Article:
Episode 108- Deniz Burnham and flying EVERYTHING

Cloudbase Mayhem Podcast

49:20 min | 1 year ago

Episode 108- Deniz Burnham and flying EVERYTHING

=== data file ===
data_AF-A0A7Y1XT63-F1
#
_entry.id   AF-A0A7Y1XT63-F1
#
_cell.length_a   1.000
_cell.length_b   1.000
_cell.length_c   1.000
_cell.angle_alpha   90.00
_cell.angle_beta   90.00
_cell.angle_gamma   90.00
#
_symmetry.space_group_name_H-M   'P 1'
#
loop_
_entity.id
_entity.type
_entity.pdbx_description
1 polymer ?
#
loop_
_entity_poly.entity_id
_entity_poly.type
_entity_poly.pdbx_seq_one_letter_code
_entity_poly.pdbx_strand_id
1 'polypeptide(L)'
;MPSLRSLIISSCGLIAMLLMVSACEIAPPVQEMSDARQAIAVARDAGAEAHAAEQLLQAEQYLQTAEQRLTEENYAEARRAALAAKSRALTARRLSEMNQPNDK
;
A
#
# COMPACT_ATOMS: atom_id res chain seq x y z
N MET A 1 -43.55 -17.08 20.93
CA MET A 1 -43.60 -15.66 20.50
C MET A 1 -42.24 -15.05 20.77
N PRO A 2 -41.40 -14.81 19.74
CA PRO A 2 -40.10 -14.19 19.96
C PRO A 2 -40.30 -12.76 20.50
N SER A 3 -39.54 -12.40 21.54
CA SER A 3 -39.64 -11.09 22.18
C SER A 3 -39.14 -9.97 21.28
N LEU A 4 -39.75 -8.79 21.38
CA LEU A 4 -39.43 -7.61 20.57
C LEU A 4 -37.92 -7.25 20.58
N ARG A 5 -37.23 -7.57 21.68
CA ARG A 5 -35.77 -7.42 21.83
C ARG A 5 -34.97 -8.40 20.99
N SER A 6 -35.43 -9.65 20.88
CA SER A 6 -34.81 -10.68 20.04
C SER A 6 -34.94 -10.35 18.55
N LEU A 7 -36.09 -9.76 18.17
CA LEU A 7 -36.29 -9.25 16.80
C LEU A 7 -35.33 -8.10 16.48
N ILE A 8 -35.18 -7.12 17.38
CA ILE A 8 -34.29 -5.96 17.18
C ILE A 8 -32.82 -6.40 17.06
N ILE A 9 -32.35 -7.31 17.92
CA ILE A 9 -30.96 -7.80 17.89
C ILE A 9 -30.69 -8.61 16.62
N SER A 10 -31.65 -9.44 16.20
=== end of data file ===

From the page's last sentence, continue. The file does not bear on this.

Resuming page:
"Talk the higher everybody. Welcome to another episode of the cloud. Base may him. We are trying to venture of out of our kind of Typical show with paragliding next. See a little bit of Acro and trying to talk to people who have very different backgrounds and flying different aircraft. This this is certainly no exception and this talk. I speak to Denise Burnham who's on Alaska resident and she works on oil rigs all over the world right now. Oh she's on a two week rotation down in Texas working on a gas rig but she runs the rig. She's the only female that that is on that rig which is fascinating but she's a chemical engineer by education and she flies everything helicopters sea plane sailplans param odors paragliders. Hang bladders so has a real interest. Obviously in aviation and this was just a fascinating talk with a very very fascinating person I think. Enjoy it little bit housekeeping before we get into the talk. I don't have a ton of stuff but remember that I were having a little thing for those who share share the show will be put into a pot and I'll do a little grab bag for Patagonia big Patagonia discounts. And also. We've got a couple of blue flies areas left from Alistair. GimMe some of these couple years back and got a couple of those so please share the show with your friends or put it out on social media or just talk about it on the way to launch. Let me know you've done so we'll put your name in a in a sack in withdraw from that sometime early January happy holidays everybody and hope you enjoyed the show cheers. Don't go for young things. So I this denise. Welcome to the cloud base mayhem been really excited to talk to you. I was just fascinated to follow you recently. on on instagram a friend of yours reached out and said you gotta check this girl out and see what she's doing and I thought an interesting place to start. We just had this kind of long conversation about if some of your history and education and work but if you and I were sitting at a party and we've never been we'd never met we didn't know each other and I said hey what do you do. How do you answer that? Because you've got background. Thanks I think a dis- kind of normally tell people I just work on oil and gas industry is kind of taken me some really promote locations Like I spend years in the Arctic. I've worked in Cana in a in some other places throughout the US and But my background itself is engineering. And you you you have quite a a unique position on these racial right now. You're down in Texas. Is that right. You're drilling for gas. Nannies Texas okay. So and you're schedules. You're saying it's two weeks Sean. Two weeks off. And you live in Alaska. So that's that's a lot of travel a lot of travel. Yeah I'm definitely gone more than six and a half of the year because the troubled troubled as count against the. And how long you've been doing this. It's been about ten years now and so case so you said when we were talking before the we started recording you went to USC and UCSD CAL- California. Was this kind of on your radar can into oil and gas no not at all. I studied chemical engineering at. UCSD are so. Biotech is huge in San Diego. So that's kind of where I had focused my our nine internships on alternative energy or a little bit of stem cell research but it was just one of those opportunities I got to be interviewed in. Bakersfield will end as the first time I've ever even seen an oil rig and they made a job offer to me to go to Brazil and being from San Diego super excited the and of course I was like Oh heck out you know I'm GonNa Start Up to that. And then they sent me to Arctic crazy Amin what what was the catalyst for the flying the discount from your parents and to find they'd be lurking to be fascinated to learn all the things you do fly so we'll get into the various aircraft you fly but when did that all happen. Both both my parents were in the military but neither one of them was a pilot. I guess I just from very young age had like a true love of Aviation Withdrawal Raleigh little pictures of helicopters Getting to go to school in San Diego. Of course there's Torrey Pines Rather La Hoya in. I remember remember seeing stuff but of course you know you can't afford it so you just kind of watched people do things But I've always had that desire. I started actually flying at the local aeroclub on base. Yeah no seven teen so I got a taste of it and I knew I loved it but most of the other types of flight. I just got the cuddle. Watch people doing it until I knew. I had a dedicate the time and the the resources and Wallace I so gone my fixed-wing license I that was about ten years ago are in California and so that was just a single winded land and so this is when you were going to school So that was right after school and then I I kind of like to try a lot of things and unfortunately sometimes try something and then I'll come back years and years later and finish it so I kind of dabbled around in a couple of things. That's kind of the first time I tried Helicopters offers but it was you know helicopters are quite expensive to fly and inquires a big time commitment and when I was working Arctic. I didn't actually have a normal rotation Shinzo I would work for sometimes six straight on get three days off and obviously when you're in the Arctic. There's you're working right you're on a rig. There's nothing else to be you there so you would kind of talk to other people maybe hear about something and you just Kinda take a little mental But I kind of the the next thing I remember doing doing is kind of like I tried accelerated freefall skydiving. So I I went down that path a little bit and then I actually went and did the hang-gliding Alabama and Then I kind of I kind of learned that periodic backwards I win and I learned how to fly para her motor first and then I did paragliding and then we ended my seaplane rating than helicopter. Licensed Alaska so a lot of people. All I know out in the Mid West. There's a lot there we get unpacked. But I can't believe ow awesome. I mean it's also great. You fly all these things without the you. You got to find helicopters on your own you know. Most people have to go through either military training. Or you know it's expensive. Aren't how to fly a helicopter. Misunderstand I understand you've done all this through your job for sure so I did all this Just kind of self-funded working on a rotating schedule also in my days off. I would go and say okay. I'm going to focus on this one area and so You know for instance for the helicopter took me several rotation dried so I had to probably do it over the course of six or seven months whereas some of the other stuff Promoters I was able to do it in in just one of those days off rotations. And do you own like do you own your own sea plane or how does that. How do you get any get hours so a lot of this stuff like helicopters? Here's a once you get your license through school. Go normally let you rent it through them. So I've done it that way. So renting it through the people that I learned from or You know there's some little clubs you can join like aero clubs or something like that but I do own my own paraglider and that's so I know a lot of people learned para motoring I and that's not that unique there on the mid West and there aren't mountains to hop off but it's always. Yeah that's always scared me. The first paramount I flew is actually up in Alaska with my Buddy Kenny up there and it just terrified me. I just I felt so out of control. Troll and heavens was just really. I've never really gotten into paramount during but how do you learn how to paramount or repaired. Lied I've I've never really understood that I mean first of all one hundred percent agree with you. Something about the takeoffs itself might yet there's no way you can make that look good I mean even the guys there they really do it professionally. That gray taken off is just. It's kind of weird little steps and it. We'll also have so much thrust with pushing your hips forward. So in a way like say there's really no cool way to take off but it is really pointing to think developed makes me laugh. I had a really good instructor. His name is Joe Cruise. He's a he was out of valley springs and like he did it very because he's actually flies preflight as well as the pair motors so he does like the Water itself and he's very talented pilot. So he kind of progressively like the one thing he always threats like you've got to know how to Kaija wing so everybody learns just gotTa learn how to fight the paraglider and then and They had like a winch. They would kind of toe you with just the paraglider because they wanted you to get used to having are getting pulled from the waist a little bit Remember how when you're getting the motors on exactly you're getting pushed with her. Your hips forward in any kind of let you kind of have you do. Dry Veyron with the the paramour itself so of course you know. This is a lot of ground handling a lot of training on the ground. The pair motored self-control heavy and I actually. I found it quite heavy for launching and stuff like that but especially when you're carrying a lot of fuel so yeah I mean I remember to the first time you actually take off. You're just like oh my gosh like there's no way over magical. You're in the air but I've learned on some hard lessons too right like I learned when an instructor tells you don't jump. I learned that the hard way unfortunately like one of the Times where you kind of feel like okay I. Yeah I know I got enough speed. I'm just GonNa you know like do a little hop in no like you come crashing down and it's pretty brutal right because you have like seventy pounds on your back with its impressing you into the ground. You just Kinda lay there just ashamed. Yeah yes if you you ever had any actions flying all these different apparatus. Current knock on wood. No I haven't You know especially actually I would hang gliding and stuff like that. I've had a little bit of maybe a little bit of rough landings and stuff like that but thankfully most things in the air kind of fly the same way so it's always take off and landing that makes it really unique. Something you're doing is is very foreign to me. You're you're flying all these different things. You're also working pretty hard so you can't leave that much time to really devote to one thing and I I got an paragliding that was it. My life just became paragliding. I I am. I stopped doing a lot of other things probably did all those other things detriment for sure. But how do you how do you kind of approach. Maintaining -taining security and flight by. How do you approach? You know. You're you're probably not getting enough hours to stay super proficient as to how. How does your approach approach Berry when only jumping a sailplane jumping helicopter go fly hang glider? Yeah how do you broach all that that that side of things so stuff like the helicopter. Airplanes seaplanes as a federal licenses. They actually have like a sense. currency Frenchie requirements. But because you're renting it grew school. They have their own currency requirements. Right so something like that You you know helicopter helicopter to me was the most expensive and I kind of feel like Consequence wise like I think it's quite easy to get killed doing it If you're not careful careful because you literally cannot control met so I feel like if I take a little bit too much time off always like there's no ego in this aviation right go go instructor. get checked out again. Make sure you're comfortable practice. Auto rotations a use commonsense. Right like I never just say I don't take a month or two off something. Say Okay I'm just GonNa go wing like that's crazy. I always say like for instance when I took my gear. 'cause I got my gear here in Santa Barbara for the paragliding so to Europe to Alaska I went infound like local pilots. And I got a site orientation in I. I just don't care to pay somebody to come. Hey do you mind. Just walk me through. It's been a little while or just get a refresher that way and then I kind of go off and do my own thing but always always as I make sure that uncomfortable I Because you can pay with your life for sure. That's that's like I think of it in terms of currency will will any of these endeavors. Do you ever see any of them becoming commercial or these will just stay journey recreational activities. I mean in terms of like my hours. I definitely have enough hours between helicopters and fixed-wing I to pursue the commercial license. But you know I could be wrong long this kind of how I feel like I never wanted to paint my love because it was just like for me. It's A. It's a hobby enjoyed so much and I kind of feel like if somebody was paying you to do it will. Now it becomes an you'd have to Kinda see how I fly right. 'cause I I kinda just characters or a missile flying. Somebody's paying you money. You're GonNa be like what are you doing so I kind of like keeping his separate. I kind of like getting to express myself through flying that I kind of feel like it would be affected. It's I I was paid. Where are you based? So I'm actually an Alaska resident but you know I travel every two weeks or so. You're you're you're near Anchorage it's our north. Yeah is you're flying site then how hatcher pass right. Yeah actually fly site okay. So see planes helicopters hang gliders para motors paragliders. What's your favorite? If I missed any there you instilling in terms of all the licenses. That's what I have but I have a all the check ride for that sailplane. So for gliders sailboat into I just truly enjoy the learning process test yourself rikers. I'm not somebody that's sitting there breaking records or anything like that to me is is like cluttered. The pursuit of the knowledge. Intestine yourself like seeing. Hey can I do this or you know not everything I do. I'm I'm not like amazing everything right. I'm I'm okay L.. In terms of like my favorite like I've I've been obsessed with helicopters since I was a little girl so when I got that license I was just so thrilled rolled and You Know My. I told me that I had started when I was Kind of right around. Got My swing license but it was one of those that it was expensive wanted. I couldn't really dedicate the time so I always wanted it but I had to really wait a long time to to get that and I was just so thrilled accomplish infamy like taking it back and doing it in Alaska scores really special to so helicopters are your favorite in terms of like the amount of effort in like I spent so much time and energy and thought thought goes into learning on the fly in but out of all of those are hang gliding was only one. That's ever made me emotional in terms of like I literally like the first first time law shop lookout mountain. I was crying so it was just a pure flying. Yeah and I think being prone is pretty special. You know you're like Bergeres. Here's which one of those do you kind of have the most respect for. Maybe the most fear for like with the helicopters. Also say the type of helicopter. I fly right because it's It's our twenty two right so there's a lot that can go wrong. You're not careful you know some of the stuff like in a fixed wing We have a lot of hours. You can get a little bit complacent right. You can like trim it out can take your hands off the controls for a second if if you need to do stuff like that in helicopters. I mean it's like requires vigilance because any Event of emergency one point two seconds direct reactive at that collected down sounds interesting and then as you go up now food You're kind of time. Window starts shrinking so in terms of like you always feel like oh my gosh. Like he can't really like you enjoy it. But you can't do it too much but I've always enjoyed solo fly para motor paragliders to me the launch has always felt a little bit different. Like I've seen some people do some crazy things where I thought like holy spokes person going to survive the launch or use kind of poor decisions sometimes where people. But maybe you're launching out of you know you just as an observer or sometimes you're just like I can't believe somebody's watching those conditions. Everybody has their different. I guess threshold skill said Yeah thresholds department uncomfortable but purolator launching to me. I always found on that very different compared to the others a denise for the entertainment of our listeners. I think probably a lot of people don't know about on a rotation it's it fascinating to me. Just incredibly scary so describe what act was what an auto rotation helicopter entails so so essentially. It's like if you have an engine failure or something like that right because now you picture like a pinwheel. Remember those little things as a kid. You'd have it new glow on it. So the whole point of automation is you gotTA keep that main rotor spinning right so You're you're having to manage between your collected in your cycling so you have worn. That's collectively changing the pitch of the blades and the other one. That's Kinda like cycling through So you're trying to manage that energy to make sure that taping the main blade spinning. And you have like a little RPM threshold there because obviously you can't over speed the rotor but you also if it slows goes on too much It can it becomes from that. You can't recover from right. So you're bleeds controller core. Pinecone happen like that. And you just. You'RE GONNA fall a refrigerator at that point but Yeah self this super talented pilots out there that can enter it from conditions that most of US probably couldn't most of us Do you know like when you're getting your private licenses like that like you're kind of entering it from always like a standard set conditions pay. You're already have a Ford Air. Speed of like he does sixty knots. Or something like that in your just trying to maintain your air speed. Because you're gonNA have to need. We need an energy at the bottom of flare too. Because you can imagine like that's it. You don't have power our you're just coming down and then you're GONNA flare set the helicopter down but interstates and stuff like that. Look I can't speak for overseas. I'm not sure You actually they don't train you in those schools to do full set down. Autos it's something that you do recover at the very end crazy. The way you're describing I think s I v with with paragliding and when we go and go to a course and take heavy and you're taking it in perfect conditions. It's not combat. You know it's it's You know it's over the the water was you're telling everything to do and I think the people often forget that when it happens in real life. It's a little different but that's is so important to practice here. You're hoping that the muscle memory over stops. You probably wouldn't even have time to think about so when you're flying a helicopter how much how many auto rotations are doing a year. I mean there's no standard like that is something that like. For instance if it's your solo in you're renting somebody else's stuff. They actually wouldn't allow you to go do that on your own. Their expectation is that going to respect their decision to the right. Because it's a minimum quarter million dollar machine. It's obviously don't want you to kill yourself. But they also have to break destroy their machine. Yeah so yeah. It's something that like. Whenever if I'm going solo flying and stuff like that it's great but always make sure PRAC authorizations with an instructor before I go up because in the adventure by herself like what are you GonNa do right. You gotta you gotTa make sure you could save yourself. Are you traveling a lot to fly or these days because you're working so much in those two weeks sof you just mostly going home and fine at home so a lot of these licences have been kind of spread out like I used to love traveling to go learn something new you because I would like local do of my research online and so k where do I think go gets good instruction so like you know hang gliding was in local mountain. The promoters was in California in Northern California. The paragliding itself was in Santa Barbara helicopters. Alaska main I did the planes and then the took swing. I did in California so I used to be totally willing to go out live in travel for it but I do find now that I don't like to do as much like now take my wings somewhere in Like as far as paragliding those fly locally and hunters past Other than that like helicopters. I've done it in California too. It's just because it's like kind of where you can go out there. They're spied schools throughout the country. That you can go in either rent their equipment or or whatever is it's a lot easier than have takes up with you. How is how is flying? I mean usually I would say you know house paragliding hang gliding. Change Your Life but with USA's flying how has flying line change your life so for me. It was kind of maybe a confidence thing are so because I studied you. You know chemical engineering. UCSD it was very like. I spent a lot of time. Just kind of focusing on schoolwork and then I got thrust into do like a predominantly male dominated industry with oil and gas industry and I was in a remote location so for me like it was the number one hundred escape away to kind of serve daydream. A little bit and kind of picture. going out and doing things I've always wanted but it's also like to accomplish certain things right gain more and more confidence Gordon. You kinda makes you a safer pilot. But that's where I got. I wasn't always like dressing up in costumes that it was something that I've got more confidence and KINDA NFL like okay. It's not going to distract me from actually flying the aircraft or whatever it is I'm doing but that's actually how I started off. There was like a film intestinal in northern California. It was probably about six or seven years ago and it was like a free flight film festival and like the what I made made for that entry. was I called it overcoming. Fear so I made different characters that I would say like okay. If you're afraid to go tackle something yourself create a character victor and have them go tackle it for years so I I made like two characters. One female was a man and the female was based off of like one of my favorite songs at the time. I'm like a chandelier songs. Like there is a certain way the girl dressed in the video with like a ballerina outfit to. That's kind of what I did was like and super super embarrassing looking back on it but for the guy it was kind of my way of expressing like having always been surrounded in that kind of industry or even like with so much flight instruction. It's almost predominately men teaching you so it was kind of my way of poking fun at always having you. I get that feeling of like people. Expect you to be one of the guys and stuff like that so I kind of made those characters like one just for that video by the way I learned how to do the Para Motors and I did it as the girl you know as disagree Ballerina unstop which was super funny because I can tell you. Falling Down entites is not a good retire we I had some pretty gnarly grass stains and everything else and Yet I mean that's kind of how I I started off like. I didn't really know how to articulate the way I was feeling Sol's. PM Just GonNa do performance art so for me. It's like a big confidence boost. I think is performance. Formats are something you've done before you've mentioned this costume day a couple times. I should probably take you down. Lb Yeah I just I guess yes I never really whenever I kind of share stuff like I should say that I put a lot of time and effort into Festival submission in that film actually got cancelled that year. So I never I never got to like show anybody so I was like. Oh man like the super disappointing. But I was like okay. I'M GONNA just post it on Youtube and see what happens and of course people were trying to earn what is so. It was kind of a good experience here. Because it's like the expectation expectation versus reality. Just because you put a lot of effort into something It's sometimes difficult to portrayed others which are actually thinking feelings. I don't really like to talk a lot. I just kind of preferred preferred Action Speaker itself in terms of the flying learned. Something from that. I have submitted again. And and I actually got to the show. One of my films at one of those home festivals maybe a year or so later and you know he did okay but like honestly like I got to see. How other people's take on stuff wasn't smokes cap? Yeah definitely do in the bazaar route. I don't know how else to describe it because I was just trying to to show. Maybe this different perspective. Obviously there's some super high skill level pilots out there that are doing absolutely crazy thing quizzing visually whereas for me was more like okay. I can't do that but I can. You know if I still have a right dissipate. I'm going participate at my own level. I'm not gonNA take the series but I'm going to do something that I think it's Kinda funny and that was kind of always my goal with this man you know maybe at least I can make people laugh. If you've been saying Hilar- Dr for Cooper car no I have it would be the best entry there you've probably seen videos of it in pictures and that kind of thing but I mean everybody dresses up. Thousands concern thousands of people as the biggest festival in paragliding but free lemonade. They have ballooning acro- the and hang gliding everything. But it's the it's the biggest investable in the world flying every year since September and it's a hoot and you should if you liked dressing up you'd you'd love it just terrific. People do some amazing like fifty foot foot long dragons and just fantastic stuff you know eating wine and breeze they're flying around and it's it's good. It's very entertaining. Okay so the rig What do you think it is about you and your personality your you are definitely partaking partaking? Not only in your recreational time but in business time in very male dominated things We were talking before we started recording. That you're you run the rigs at right yes so As a website leader so overseeing all the drilling operation will and you're in your position they're they're divided change. Change this I think is you're in it but you're called a what man or something. So traditionally known as a company man has this kind of behavior title is But now it's more so like well site leader or discounted other companies. Call it different things maybe drilling manager or something like that and with satellite being in that position as a as a female. I mean I don't need to get into the sexiest stuff too much. But it's I mean I imagine that's pretty tricky or you're you said you're the only female I'm on the rig right online for sure. Yeah I mean it's something that I think when I was younger. Of course. The experiences were A lot different. Because when you've never seen something before obviously you have the knowledge. Gap is huge right. You have so much Sean. Learn so you kind of feel intimidated too because you know it's it's a different culture. It's kind of hard explain. It never been around it but the expectations thinks people can be kinda rough to each other terms of how they talk or anything like that and you know when you're destroyed out of college and like I said you've never seen before in somebody's talking to you certainly away. You're just Kinda like horrified and you're just super upset but you kinda like okay like I would just kind of be quiet and I was like okay like any to study a lot and make sure that I have to do my best clothes knowledge gap near what else can you do. I don't think quitting is always the right answer. It's just because you face hardship. You know what I mean like. It's like okay. It's a hard industry. I mean it's it's a modern prison. It's voluntary so like I F- obviously like you know if I chose the beer I can't complain so It was one of those things where I was going. I'm GONNA suck it up. I'm going to study and just make sure that I just learn something new every day and I kind of take my hobbies insane way. Is it enjoyable. Being on the rig I mean is it something that you know when you're having these two weeks off like you are now You you're going back tomorrow. Is that right. Yeah we find that are. I've I've done a long time so I think I don't. I don't always get the same. Like fear factor or anything. Like that like. You're just kind of more focused on accomplishing the task. And you want everybody to be saved and you know you want to do well because we all we all kind of exist. We get to operate as long as we're doing. I'm good job so it's Kinda like a lot of different pressure. Drive is not just a technology or or people management or anything like that. You know it's also financial so you have to make sure that you're not overspending budgets. Earning that is are you always on land-based rigs or both motion and land so my experience in the lower forty-eight like that's always been on lands in Alaska I did get to go out to the sea. They had a manmade island there. Those really different different but because it freezes you would like drive out her. You said that hang gliding was the one kind of form of aviation you undertook. That really made you super emotional of talk about that a little bit more. Yeah so I learned how to fly in McCallum. And I'm not sure if you've ever seen what their ramp looks like but it's pretty gnarly it's And I think now like maybe this his last year so they started allowing paraglider pilots to start flying there as well but when I learned back then it was only for lighters and so they kind of train new is everything I guess the training starts similarly start on small hills and kind of progressively. Work your way up but he kind of go from like you know maybe fifty foot to maybe like one hundred or one hundred fifty foot in the next thing you know you're like in the thousands range because they say it all kind of the same. There's no point kind of taking more increments than that So I remember doing the training and then going up that launch site now with like holy smokes like it was so steep it was so cold. it was in maybe January. I don't know how long it's been. Now maybe seven or eight years ago Am I remember. My mom was with me you know. She was horrified when she saw Iran. I remember some you hang gliders right you had to kind of set it up and tear down every time to like I was setting it up and it takes about fifteen twenty minutes or so so I'm kind of side there and I could hear my mom killing that instructor. She like look. I don't think denise supplied today shoes so scared like this is just such breathtaking. It's gorgeous area are you. You know for those of you. That don't know it but if you definitely just take time to look it up. It's pretty shocking. Yeah so like I was kinda nervous when I hear my mom saying that and I was like holy smokes. You know. Arabi shouldn't do it but I remember like I kind of set it up and then of course in in Chuck China offering encouragement to but the only other experiences. I ahead up to that point. Look ahead done than skydiving ahead. Done you know. Had My fixing licensed stuff like that but when I actually took those steps and then is just such a sheer sheer. Drop off the ramp. I remember when it when you actually hanging your straps. They're like Oh my God like you're so relieved Steve but just overwhelmed or at least I was I was so I had thought about it for such a long time. You know in San Diego seeing being the hang glider pilots. Poor Pines always got to watch people. I thought about for such a long time and finally getting to do it myself but I was like. Oh my oh gosh I can do this and it was just such a beautiful flight to I mean it was definitely even though you're up so high like it was still you know a sweater on because they chose like a super calm day if your first time you launch and I remember just kind of a flying and kind of taking the hands off and they want you to kind of find the trim. I like that or just kind of play around with it a little bit. They give you like simple tasks and I was just really in such a out of all the things I've done like there's a few things that really stuck in my brain and that's one of them is just the kind of first time launching off that ran. Do you think that's ever. That feeling is something you can have again because it you hear from people all the time and I'm certainly one of these people as well that in some ways our flying in careers are always chasing that first flight. That sensation is indescribable for sure. I wonder if that makes some people take take more risks to get that feeling than kind of found that for me I spent a long time to thinking about like okay because because I don't get to do this every day. I have to be a little bit more cautious. I always try to be a very cautious pilots or anything that I do but you know getting to fly like the helicopter solo and stuff like that. That was such a wonderful experience tube because I've always been obsessed with it but I remember like there is no time for tears like you. Don't get to just fine tramp pick your hands if nothing like trade like it was such a intense feeling like I was really excited and happy but you feel it more like after the fact rather than didn't like while you're doing it or you feel like super anxious before 'cause you're just like instructor pilot until the Okay you want to hop Now you'RE GONNA go solar folks I do remember my first. Solos Solos for fixed wing and stuff like that too but it was one of those things where you're like you're a little bit anxious but you're so focused on the task at hand 'cause they have you do something very specific like okay. You're going to go flying a pattern at the airport three times in Nassar purcell whereas with hang gliding. Letting you know I mean you're you're kinda like everybody else like. It's maybe hard identified her Solo. Obviously you know you could maybe let me tell from the type of glider persons flying. It's more of a beginner slider or something but you know it's I think it's harder identify. Because you're you're just like the the person next to view whereas in the airplane nobody else do sitting there. Circling the patterns like that Define fine goals and ambitions and I have thought about for me. It's no longer about like accumulating ratings or certificates. It gets or anything like that. It's it's not bad interesting for me like I've I've tried certain things Like I've done wing walking wing got the 'til drager. drager endorsements flown in some embiid amphibious plans so at this point in my life I like to go try different things and I'm I'm still. I'm searching for something I don't know like before I commit to purchasing something. I kind of feel like what is out there but I do want to in the near future kind of own my own aircraft breath but other than that I like I like to just make little kind of silly videos and kind of the desire to make people laugh right is still going to be something light hearted for me. Do you have other hobbies tours flying. You're you're kind of biggest hobby skeeve D- d- do other stuff up in Alaska. That's not flying based. Yeah for sure her like a key mind like flying take-up majority of my time just because I've invested so much time into you know how many years down ten twelve years I do have a couple motorcycles. In addition to that like I can ski. You know I went to high school in Northern California so as near Tahoe so like like the military would have buses in south. That could like bus. You up there and so there's some other stuff that I can do but I would say like blinded allowing described. Do definitely the best all the places. You've flown what's your favorite. Well like last good has always been on kind of a special special place to fly There's such big aviation community up there. I love seeing the mountains. Like it's really something that I guess like one of my favorites sola fide says he's going in and flying in the mountains are even with the plans itself. I just go landing in a random lakes under dishes so much opportunity for flying up there in the scale of the mountains and zero humbling. It's Big Alaskans. Just big yeah. It's in it's crazy tunes it's like you. Es such a small population right. It's it's got more coastline than the entire lower lower forty-eight combined that amazing yeah it's crazy. There's a huge so vast. It's really hard I very I struggled. We struggled with that in making the film there north of known film that we did in the Alaska range. It was it was. It's hard to articulate just the scope of it just makes you feel really really. I've spent a lot of time at sea. Which makes you feel very small but some about those mountains? Some about that stays just. It's just big huge. Yeah for sure to questions to wrap us up. What's spend a biggest challenge of your fine career and then the second one what's been the biggest challenge of your professional career in terms of the flying itself? I I'd say the greatest challenges that I faced was And we touched on at some right like I spent so much time away balancing bouncing the hobbies interests. Like there's a give and take right. Something's always going to suffer and sometimes You have to pick and choose like there's certain things I don't ever WanNa let Kinda crumble right like I spent so much time and money on the helicopter. I just kind of feel like in a way kind of keep that current so yeah I mean the because I have to balance my my work in life Nice My hobbies like that and I've always had to do it without the time off I think my biggest challenge is just finding the time it to dedicate to anything without getting burnt out and professionally. You Know I. I did my master's while working full time. You know there's a lot of responsibility as you kind of move up to where you're operating and I'd say I guess the the biggest challenge itself he's like you you're pulled in so many directions you want to do a really good job. You want the people because they kind of become your brothers in a way like you seeing these same people just this gives you an idea. People Work Minimum Twelve hour shifts. And you're working for two extremely spent a Lotta time together with the cruise so you see them like your brothers you want them to stay safe or to you. Want to do a good job. So you're you're pulled in different directions so in terms of multitasking like that always comes to the forefront right so I'd say professionally like Juggling Juggling so many things at once I it's just like private life right like it's always give and take right trend. Something always wants your attention negotiation. Yeah for sure. I'm always grateful for the opportunities that I've been given right like if I'm given an opportunity I try to do. A good job is in. You hope that it opens the door for others that come behind you right that it's men or woman. I don't WanNa make it seem like Just one sided riot. Like I'm grateful for any young person to be given an opportunity and and Hopefully by doing an honorable job and you make that available to others. Turn my main point of flying in stuff I had to like I came. I guess we're really different because I'm not like is accomplished like record holder. Nothing like that mine was more like the ability to share with others when you spend so much time in remote locations. I think that was mostly. My Hope. Rides is like reaching out the people wider audience. I've had I think what's what's giving me the most joy to sharing the flying adventures with people that maybe have never tried it before I because you're not necessarily going to impress somebody that that's done at all but Somebody that hasn't been in maybe inspired they go big into go. Try it or that's kind of what makes me happy things like number one. I do enjoy when somebody gets a good laugh out of it because it's meant to be light hearted but sometimes people riding they say hey like they want to learn more about like for some reason. People are super fascinated by parallel. There's so I always want to reach out to you. How do you get into that or whatever and I kinda love that the knowledge sharing but it's what keeps the sports alive to write? Lower keeps the hobbies alive or or whatever right like I'm always afraid of hang gliding going away. 'cause that's one thing that I don't really see much in Alaska in I do want to Take Hang Glider up there and and you know Kinda keep doing my little solo flying and stuff like that but I'm most afraid of that stuff is vanishing one day in like what a shame it would be because there's so many people that came before is that took those risks develop. It just seems like a sad way to die off. Yeah Great Talk Talk in the last show with Larry Buehner. They did this X.. Flight Expedition from the Gulf of Mexico up to Canada the Canadian border and series of flights where they were there was car supported order but they all the south north. It was all done in the air so the they could move laterally but they had to fly if they were going north and is awesome. Ask Talk it was really fascinating in May but it also made me realize how much knowledge they all have when I was doing the Alaska traverse one of the I took off above the road goes through between then Denali off on your left off. You can't well and then just beyond me while there's a little tiny village that's kind of where a lot of people kinda amount. They've stay before they go into. The park can't remember that little little tiny village there and they have a pizza place. Anyway I was holed up there and really bad weather for quite a few days and then I took off. Were I kind of started going in. After Dave left I took off from it was like Panorama appeak or something. And you're up there and you're like there's no way anybody's ever flown from here before and hang gliders were using it back in the seventies go up there in flying off and it you love special at all these guys they were up your decades ago. It's just there's a lot of knowledge there that Edo that were slowly losing. Yeah for sure not yet we got gotta keep got to keep the hanging hanging. He's alive for sure not the not the people that sport didn't general ride like it's something that It something that I noticed too with a guy when you share snuff either on social media or whatever like a lot of people that have been through. It can't relate to the effort or skill skill or whatever it is right like The demand to and that's something that I really feel strongly about is like try to those different types of things if it gets too much like negatively or positively. I actually ignore extremes because Totally kills her creativity. Like if you're always getting crazed the near you're always keep doing the same thing like the kind of the outliers to the super negative people like okay. They're not really contributing their dislike. Why is it like what is it making them so negative so it's already been tell slumped if you talk to a person or bought But yeah just generally. That's been my experiences like I kind of feel like my contribution or way of paying Ford is at least try to keep the interest alive in some of this stuff or If I go out the small little glider porch or whatever it is at least giving shout out them or something and hoping that others will Kind of reach out because most of what I do right as general aviation and even that had is always you know you hear about time-to-time risk of dying out or declined as so as always been my fear right. It's it's such a it don't so much individuals Dell's Yeah it really does Or the fascinating talking with you. You're a fascinating person. I hope I get to see you. In cost him one of these days the flying around that sounds like a lot of fun and thanks for sharing your stories with us. I really appreciate it. Thank you bye bye. 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Alaska US instructor California San Diego Arctic UCSD Texas Denise Burnham Sean Santa Barbara Bakersfield Mid West Northern California USC Torrey Pines